Read time: 15 minutes
Often the way personal data is handled and managed is not the way it is supposed to be, especially regarding its security. There are some grave concerns about how various forms of sensitive personal data, such as financial, health, etc., are secured fundamentally. Without having the appropriate security measures and processes in place, bad actors or cybercriminals would have access to vast amounts of sensitive personal data leading to complete chaos in data management. To handle this critical and massive amount of data, we need to understand the thin line between data security and data privacy often used interchangeably.
Data Security Vs. Data Privacy
The actual difference between data privacy and data security belongs to the fact that which data is protected and how it’s protected. Data Security is about protecting data from malicious threats and bad actors, whereas data privacy is about using data responsibly.
Data security is related to securing sensitive and critical data. Data security is primarily focused on deterring unauthorized & illegitimate access to data, via compromises, breaches or leaks, regardless of who the unauthorized party is. Enterprises use IT tools and technology such as firewalls, access control, user authentication & identification, network access control, and internal security measures to prevent such access. This also includes latest security technologies such as encryption, tokenization and masking to further enhance the data protection by making it unreadable—which, in the event of a breach, can block cybercriminals from exposing the massive amount of sensitive data.
Data privacy is more of responsible use of data with specific disclaimers to avoid being misused and less about protecting data itself from bad actors. The use case for data privacy is somewhat different from data security; however, privacy is complemented with the data security measures such as de-identification of personal data (linking of personal data to its original subject), obfuscation and many more.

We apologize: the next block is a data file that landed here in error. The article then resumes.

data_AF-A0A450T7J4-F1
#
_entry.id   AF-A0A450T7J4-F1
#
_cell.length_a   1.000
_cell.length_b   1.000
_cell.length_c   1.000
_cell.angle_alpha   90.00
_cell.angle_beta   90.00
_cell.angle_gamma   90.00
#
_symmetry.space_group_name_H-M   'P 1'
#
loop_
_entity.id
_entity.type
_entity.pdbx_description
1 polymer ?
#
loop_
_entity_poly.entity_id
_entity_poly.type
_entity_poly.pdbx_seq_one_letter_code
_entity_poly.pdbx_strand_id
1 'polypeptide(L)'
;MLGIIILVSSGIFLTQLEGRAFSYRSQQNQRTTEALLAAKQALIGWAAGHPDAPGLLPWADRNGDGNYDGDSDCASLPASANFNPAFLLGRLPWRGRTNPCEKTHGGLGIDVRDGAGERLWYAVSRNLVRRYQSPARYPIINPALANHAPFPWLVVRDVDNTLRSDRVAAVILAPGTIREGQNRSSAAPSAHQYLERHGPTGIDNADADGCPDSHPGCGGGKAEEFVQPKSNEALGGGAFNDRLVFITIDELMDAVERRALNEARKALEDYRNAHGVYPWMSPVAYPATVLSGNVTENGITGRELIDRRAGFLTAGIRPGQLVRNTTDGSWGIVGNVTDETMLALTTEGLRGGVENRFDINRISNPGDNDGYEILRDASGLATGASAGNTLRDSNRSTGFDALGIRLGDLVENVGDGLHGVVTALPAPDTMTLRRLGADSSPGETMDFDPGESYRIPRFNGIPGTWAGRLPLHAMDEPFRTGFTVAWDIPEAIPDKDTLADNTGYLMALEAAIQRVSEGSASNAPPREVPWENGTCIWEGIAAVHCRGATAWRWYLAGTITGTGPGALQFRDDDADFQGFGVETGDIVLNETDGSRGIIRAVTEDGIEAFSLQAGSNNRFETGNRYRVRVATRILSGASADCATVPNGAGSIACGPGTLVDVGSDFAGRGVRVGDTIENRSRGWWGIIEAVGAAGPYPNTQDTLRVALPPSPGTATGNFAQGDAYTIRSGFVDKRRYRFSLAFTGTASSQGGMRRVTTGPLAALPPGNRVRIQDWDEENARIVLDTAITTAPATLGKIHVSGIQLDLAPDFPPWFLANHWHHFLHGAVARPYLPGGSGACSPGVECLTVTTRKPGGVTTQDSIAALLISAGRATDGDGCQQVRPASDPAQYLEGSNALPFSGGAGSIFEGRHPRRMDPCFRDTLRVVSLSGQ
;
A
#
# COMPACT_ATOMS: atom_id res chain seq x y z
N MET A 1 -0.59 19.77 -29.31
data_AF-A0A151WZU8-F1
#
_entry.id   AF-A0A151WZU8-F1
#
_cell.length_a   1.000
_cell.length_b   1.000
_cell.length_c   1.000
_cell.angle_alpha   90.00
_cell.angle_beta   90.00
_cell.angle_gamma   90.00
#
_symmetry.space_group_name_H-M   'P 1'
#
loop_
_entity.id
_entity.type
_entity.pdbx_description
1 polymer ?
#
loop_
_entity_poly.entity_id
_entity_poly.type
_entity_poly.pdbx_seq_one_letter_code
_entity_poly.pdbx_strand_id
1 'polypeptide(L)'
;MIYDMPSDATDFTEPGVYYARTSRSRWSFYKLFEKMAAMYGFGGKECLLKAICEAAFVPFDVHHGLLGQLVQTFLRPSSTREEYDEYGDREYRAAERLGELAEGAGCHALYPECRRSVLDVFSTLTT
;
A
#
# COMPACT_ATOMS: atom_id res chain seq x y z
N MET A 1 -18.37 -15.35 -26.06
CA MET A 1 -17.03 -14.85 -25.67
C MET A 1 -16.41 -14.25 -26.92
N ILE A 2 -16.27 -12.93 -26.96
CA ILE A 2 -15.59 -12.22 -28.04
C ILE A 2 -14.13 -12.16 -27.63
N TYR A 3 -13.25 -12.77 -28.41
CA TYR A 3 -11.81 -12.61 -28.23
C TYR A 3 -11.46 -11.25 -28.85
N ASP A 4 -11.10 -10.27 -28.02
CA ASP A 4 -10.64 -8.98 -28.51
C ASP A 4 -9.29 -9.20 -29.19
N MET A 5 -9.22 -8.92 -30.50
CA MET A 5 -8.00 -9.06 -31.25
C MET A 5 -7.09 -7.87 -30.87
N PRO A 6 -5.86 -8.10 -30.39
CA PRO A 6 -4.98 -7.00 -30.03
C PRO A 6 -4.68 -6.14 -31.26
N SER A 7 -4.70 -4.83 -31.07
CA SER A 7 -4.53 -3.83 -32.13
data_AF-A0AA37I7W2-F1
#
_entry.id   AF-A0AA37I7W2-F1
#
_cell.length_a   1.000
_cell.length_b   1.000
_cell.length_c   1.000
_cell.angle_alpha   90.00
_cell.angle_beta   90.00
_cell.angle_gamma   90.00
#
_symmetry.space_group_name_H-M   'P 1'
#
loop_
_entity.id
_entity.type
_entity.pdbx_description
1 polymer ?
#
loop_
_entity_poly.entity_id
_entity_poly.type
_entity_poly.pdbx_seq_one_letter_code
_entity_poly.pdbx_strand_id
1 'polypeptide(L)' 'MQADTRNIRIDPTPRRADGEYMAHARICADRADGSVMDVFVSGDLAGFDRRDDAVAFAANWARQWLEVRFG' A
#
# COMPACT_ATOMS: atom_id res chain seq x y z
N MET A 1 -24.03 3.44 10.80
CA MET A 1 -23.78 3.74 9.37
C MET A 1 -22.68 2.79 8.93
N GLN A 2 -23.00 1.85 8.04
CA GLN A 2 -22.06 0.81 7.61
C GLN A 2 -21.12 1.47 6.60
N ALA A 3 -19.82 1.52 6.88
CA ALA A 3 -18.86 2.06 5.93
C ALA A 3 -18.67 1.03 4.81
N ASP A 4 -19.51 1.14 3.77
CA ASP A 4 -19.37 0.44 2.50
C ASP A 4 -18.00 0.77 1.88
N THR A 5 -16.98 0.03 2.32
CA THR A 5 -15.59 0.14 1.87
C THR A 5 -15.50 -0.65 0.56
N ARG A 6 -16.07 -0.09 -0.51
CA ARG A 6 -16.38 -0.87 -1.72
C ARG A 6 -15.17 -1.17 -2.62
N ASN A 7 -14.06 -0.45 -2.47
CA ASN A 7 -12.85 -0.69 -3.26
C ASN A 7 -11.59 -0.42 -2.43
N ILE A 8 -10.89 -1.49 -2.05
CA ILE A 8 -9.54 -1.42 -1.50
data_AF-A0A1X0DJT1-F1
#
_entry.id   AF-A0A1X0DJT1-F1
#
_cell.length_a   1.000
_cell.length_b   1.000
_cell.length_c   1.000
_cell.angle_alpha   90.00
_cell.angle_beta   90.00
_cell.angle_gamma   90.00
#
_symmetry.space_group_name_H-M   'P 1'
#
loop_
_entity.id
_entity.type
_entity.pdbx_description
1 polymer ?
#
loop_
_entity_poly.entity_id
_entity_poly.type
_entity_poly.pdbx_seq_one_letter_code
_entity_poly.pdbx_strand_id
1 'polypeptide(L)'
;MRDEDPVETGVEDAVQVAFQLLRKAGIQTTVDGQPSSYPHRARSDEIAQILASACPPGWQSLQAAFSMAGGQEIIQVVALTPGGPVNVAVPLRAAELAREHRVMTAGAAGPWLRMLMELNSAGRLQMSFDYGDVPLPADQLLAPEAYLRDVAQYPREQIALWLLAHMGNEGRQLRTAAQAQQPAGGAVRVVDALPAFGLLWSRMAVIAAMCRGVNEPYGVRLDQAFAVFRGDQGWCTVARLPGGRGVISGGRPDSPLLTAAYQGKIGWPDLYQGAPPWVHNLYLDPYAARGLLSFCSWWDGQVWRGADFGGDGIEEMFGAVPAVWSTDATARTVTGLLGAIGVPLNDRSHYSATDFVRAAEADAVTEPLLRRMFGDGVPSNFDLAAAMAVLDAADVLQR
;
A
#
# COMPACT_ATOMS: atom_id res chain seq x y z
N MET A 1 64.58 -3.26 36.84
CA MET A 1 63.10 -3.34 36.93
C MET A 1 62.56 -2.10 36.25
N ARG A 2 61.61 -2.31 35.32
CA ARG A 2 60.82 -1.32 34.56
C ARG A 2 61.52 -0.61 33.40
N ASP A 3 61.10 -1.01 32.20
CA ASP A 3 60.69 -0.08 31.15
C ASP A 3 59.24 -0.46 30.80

It is common to see that data security and data privacy words are used synonymously, although they are very much different in their application. Data security can be implemented on its own, whereas data privacy needs security as a pillar to stand on its own. In simple words, data privacy enables limited access, whereas data security employs various processes or methods to provide that limited access.
Data Security and Data Privacy vs. Compliance
Now that we have understood about the data security and data privacy, we need to deep dive further to understand how the various industry regulations help organizations transform their data protection landscape.
- PCI DSS
The Payment Card Industry Data Security Standard (PCI DSS) provides a framework for protecting the payment card information and cardholder data. PCI DSS is fundamentally associated with standards provided for the security controls about the storage, processing, and transmission of payment data, including the personal data such as name, address, etc., This standard applies to merchants, banks, any third parties involved, and any other entity handling cardholder data.
The California Consumer Privacy Act (CCPA) aims for the consumer to retain ownership, power, and security of your personal information if you are a citizen of the state of California by establishing the significant rights to consumers such as:
- The right to know what and where personal information is being collected, sold, and disclosed about them
- The ability to deny the sale of personal information.
- The right to have equal service and price if one decides to exercise their privacy rights.
- The right to be able to have personal information deleted
The Health Insurance Portability and Accountability Act (HIPAA) provides a set of standards to protect the sensitive data of patients across the US. This regulation standard is complex as it includes a vast amount of health care data of US citizens. Companies dealing with Protected Health Information (PHI) must have administrative, physical, and technical security measures to be HIPPA compliant. There are covered entities providing treatment, accepting payments, operating in healthcare, or business associates, including anyone who has patient information and provides support in treatment, payments, or operations. General Security Rules require covered entities to maintain reasonable and appropriate administrative, technical, and physical safeguards for protecting PHI.
- Ensuring confidentiality, integrity, and availability of all PHI covered entities create, receive, maintain or transmit.
- Identify and protect against reasonably anticipated threats to the security or integrity of the information.
- Protect against reasonably anticipated, impermissible uses or disclosures.
- Ensure compliance by covered entities’ workforce.